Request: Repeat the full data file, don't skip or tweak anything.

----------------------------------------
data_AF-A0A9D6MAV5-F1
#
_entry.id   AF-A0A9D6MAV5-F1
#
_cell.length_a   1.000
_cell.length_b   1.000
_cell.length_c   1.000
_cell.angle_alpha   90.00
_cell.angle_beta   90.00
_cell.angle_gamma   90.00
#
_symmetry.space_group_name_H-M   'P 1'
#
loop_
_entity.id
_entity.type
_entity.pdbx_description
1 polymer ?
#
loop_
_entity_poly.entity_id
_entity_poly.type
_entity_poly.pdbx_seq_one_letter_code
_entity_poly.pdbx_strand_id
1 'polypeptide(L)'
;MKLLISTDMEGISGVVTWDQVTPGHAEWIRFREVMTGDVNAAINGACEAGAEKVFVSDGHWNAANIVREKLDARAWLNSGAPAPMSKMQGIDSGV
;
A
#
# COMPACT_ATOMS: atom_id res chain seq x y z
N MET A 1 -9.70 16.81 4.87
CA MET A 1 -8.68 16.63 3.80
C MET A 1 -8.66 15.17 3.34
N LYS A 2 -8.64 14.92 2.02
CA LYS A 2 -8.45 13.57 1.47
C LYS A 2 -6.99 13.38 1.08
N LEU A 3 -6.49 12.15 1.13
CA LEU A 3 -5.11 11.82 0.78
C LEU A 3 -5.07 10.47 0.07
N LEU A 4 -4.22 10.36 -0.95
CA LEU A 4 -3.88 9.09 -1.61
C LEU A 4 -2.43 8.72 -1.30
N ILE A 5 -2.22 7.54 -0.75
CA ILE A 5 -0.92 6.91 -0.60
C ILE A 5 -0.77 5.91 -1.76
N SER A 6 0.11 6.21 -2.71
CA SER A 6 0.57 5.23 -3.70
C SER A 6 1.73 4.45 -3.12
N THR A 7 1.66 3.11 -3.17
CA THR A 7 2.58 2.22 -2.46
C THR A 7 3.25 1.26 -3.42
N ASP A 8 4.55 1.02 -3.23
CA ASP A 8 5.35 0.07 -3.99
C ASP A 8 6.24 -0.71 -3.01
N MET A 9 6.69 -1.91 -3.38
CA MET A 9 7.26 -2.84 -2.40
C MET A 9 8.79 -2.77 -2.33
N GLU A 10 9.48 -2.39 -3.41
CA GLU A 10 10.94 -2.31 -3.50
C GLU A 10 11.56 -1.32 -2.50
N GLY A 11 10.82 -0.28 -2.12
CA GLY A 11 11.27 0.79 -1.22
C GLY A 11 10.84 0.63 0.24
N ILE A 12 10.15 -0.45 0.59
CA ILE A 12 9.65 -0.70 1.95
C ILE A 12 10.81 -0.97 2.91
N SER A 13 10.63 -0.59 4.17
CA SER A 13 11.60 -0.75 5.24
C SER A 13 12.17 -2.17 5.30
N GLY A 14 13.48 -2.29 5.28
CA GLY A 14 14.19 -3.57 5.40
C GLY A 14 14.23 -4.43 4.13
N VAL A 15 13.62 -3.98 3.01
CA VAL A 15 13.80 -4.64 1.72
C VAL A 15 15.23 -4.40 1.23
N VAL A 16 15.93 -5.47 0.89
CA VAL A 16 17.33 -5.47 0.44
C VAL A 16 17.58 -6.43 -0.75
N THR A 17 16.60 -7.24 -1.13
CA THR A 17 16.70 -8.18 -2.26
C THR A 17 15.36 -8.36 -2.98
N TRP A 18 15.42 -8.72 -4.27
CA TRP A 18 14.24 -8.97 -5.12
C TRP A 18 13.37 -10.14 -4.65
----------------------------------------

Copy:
data_AF-A0A9D6MAV5-F1
#
_entry.id   AF-A0A9D6MAV5-F1
#
_cell.length_a   1.000
_cell.length_b   1.000
_cell.length_c   1.000
_cell.angle_alpha   90.00
_cell.angle_beta   90.00
_cell.angle_gamma   90.00
#
_symmetry.space_group_name_H-M   'P 1'
#
loop_
_entity.id
_entity.type
_entity.pdbx_description
1 polymer ?
#
loop_
_entity_poly.entity_id
_entity_poly.type
_entity_poly.pdbx_seq_one_letter_code
_entity_poly.pdbx_strand_id
1 'polypeptide(L)'
;MKLLISTDMEGISGVVTWDQVTPGHAEWIRFREVMTGDVNAAINGACEAGAEKVFVSDGHWNAANIVREKLDARAWLNSGAPAPMSKMQGIDSGV
;
A
#
# COMPACT_ATOMS: atom_id res chain seq x y z
N MET A 1 -9.70 16.81 4.87
CA MET A 1 -8.68 16.63 3.80
C MET A 1 -8.66 15.17 3.34
N LYS A 2 -8.64 14.92 2.02
CA LYS A 2 -8.45 13.57 1.47
C LYS A 2 -6.99 13.38 1.08
N LEU A 3 -6.49 12.15 1.13
CA LEU A 3 -5.11 11.82 0.78
C LEU A 3 -5.07 10.47 0.07
N LEU A 4 -4.22 10.36 -0.95
CA LEU A 4 -3.88 9.09 -1.61
C LEU A 4 -2.43 8.72 -1.30
N ILE A 5 -2.22 7.54 -0.75
CA ILE A 5 -0.92 6.91 -0.60
C ILE A 5 -0.77 5.91 -1.76
N SER A 6 0.11 6.21 -2.71
CA SER A 6 0.57 5.23 -3.70
C SER A 6 1.73 4.45 -3.12
N THR A 7 1.66 3.11 -3.17
CA THR A 7 2.58 2.22 -2.46
C THR A 7 3.25 1.26 -3.42
N ASP A 8 4.55 1.02 -3.23
CA ASP A 8 5.35 0.07 -3.99
C ASP A 8 6.24 -0.71 -3.01
N MET A 9 6.69 -1.91 -3.38
CA MET A 9 7.26 -2.84 -2.40
C MET A 9 8.79 -2.77 -2.33
N GLU A 10 9.48 -2.39 -3.41
CA GLU A 10 10.94 -2.31 -3.50
C GLU A 10 11.56 -1.32 -2.50
N GLY A 11 10.82 -0.28 -2.12
CA GLY A 11 11.27 0.79 -1.22
C GLY A 11 10.84 0.63 0.24
N ILE A 12 10.15 -0.45 0.59
CA ILE A 12 9.65 -0.70 1.95
C ILE A 12 10.81 -0.97 2.91
N SER A 13 10.63 -0.59 4.17
CA SER A 13 11.60 -0.75 5.24
C SER A 13 12.17 -2.17 5.30
N GLY A 14 13.48 -2.29 5.28
CA GLY A 14 14.19 -3.57 5.40
C GLY A 14 14.23 -4.43 4.13
N VAL A 15 13.62 -3.98 3.01
CA VAL A 15 13.80 -4.64 1.72
C VAL A 15 15.23 -4.40 1.23
N VAL A 16 15.93 -5.47 0.89
CA VAL A 16 17.33 -5.47 0.44
C VAL A 16 17.58 -6.43 -0.75
N THR A 17 16.60 -7.24 -1.13
CA THR A 17 16.70 -8.18 -2.26
C THR A 17 15.36 -8.36 -2.98
N TRP A 18 15.42 -8.72 -4.27
CA TRP A 18 14.24 -8.97 -5.12
C TRP A 18 13.37 -10.14 -4.65